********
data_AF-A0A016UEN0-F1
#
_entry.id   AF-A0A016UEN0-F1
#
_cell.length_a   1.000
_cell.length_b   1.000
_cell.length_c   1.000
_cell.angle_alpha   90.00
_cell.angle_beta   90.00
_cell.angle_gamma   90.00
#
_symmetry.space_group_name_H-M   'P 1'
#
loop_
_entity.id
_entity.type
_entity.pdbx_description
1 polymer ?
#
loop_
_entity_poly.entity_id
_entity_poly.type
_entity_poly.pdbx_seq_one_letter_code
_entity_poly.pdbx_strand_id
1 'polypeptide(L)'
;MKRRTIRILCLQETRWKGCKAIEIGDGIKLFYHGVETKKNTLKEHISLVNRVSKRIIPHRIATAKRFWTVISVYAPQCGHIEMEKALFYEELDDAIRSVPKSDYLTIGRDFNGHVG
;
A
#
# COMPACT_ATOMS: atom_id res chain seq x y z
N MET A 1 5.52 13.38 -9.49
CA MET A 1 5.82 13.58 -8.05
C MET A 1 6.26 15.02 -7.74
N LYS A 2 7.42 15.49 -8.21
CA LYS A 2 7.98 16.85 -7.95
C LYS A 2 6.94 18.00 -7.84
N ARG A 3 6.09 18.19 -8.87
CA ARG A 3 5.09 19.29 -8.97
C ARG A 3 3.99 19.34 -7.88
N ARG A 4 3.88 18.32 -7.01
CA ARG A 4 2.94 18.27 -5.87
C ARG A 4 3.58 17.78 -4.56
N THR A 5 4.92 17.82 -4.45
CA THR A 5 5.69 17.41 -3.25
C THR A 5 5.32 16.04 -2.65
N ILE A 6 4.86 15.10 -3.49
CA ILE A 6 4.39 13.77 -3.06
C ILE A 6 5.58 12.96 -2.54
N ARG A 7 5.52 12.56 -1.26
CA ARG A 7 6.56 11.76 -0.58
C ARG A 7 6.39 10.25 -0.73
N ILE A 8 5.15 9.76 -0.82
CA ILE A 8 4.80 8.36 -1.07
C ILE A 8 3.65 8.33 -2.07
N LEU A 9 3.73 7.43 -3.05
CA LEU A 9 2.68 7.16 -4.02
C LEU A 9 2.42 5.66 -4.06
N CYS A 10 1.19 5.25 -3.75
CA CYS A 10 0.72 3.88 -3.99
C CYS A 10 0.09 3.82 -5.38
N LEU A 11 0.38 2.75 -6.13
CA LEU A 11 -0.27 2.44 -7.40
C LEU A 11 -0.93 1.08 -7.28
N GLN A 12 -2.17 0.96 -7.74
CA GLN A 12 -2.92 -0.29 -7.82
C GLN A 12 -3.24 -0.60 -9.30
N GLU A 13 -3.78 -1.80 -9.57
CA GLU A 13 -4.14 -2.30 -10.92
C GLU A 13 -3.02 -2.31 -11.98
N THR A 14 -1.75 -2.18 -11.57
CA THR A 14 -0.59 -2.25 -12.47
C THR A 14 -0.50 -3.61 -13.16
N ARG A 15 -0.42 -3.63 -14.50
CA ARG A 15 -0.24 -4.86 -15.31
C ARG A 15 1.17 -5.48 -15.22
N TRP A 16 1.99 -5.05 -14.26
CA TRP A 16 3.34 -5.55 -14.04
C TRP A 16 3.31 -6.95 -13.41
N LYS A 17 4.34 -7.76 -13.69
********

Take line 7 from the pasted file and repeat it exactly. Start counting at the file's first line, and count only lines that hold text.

_cell.length_c   1.000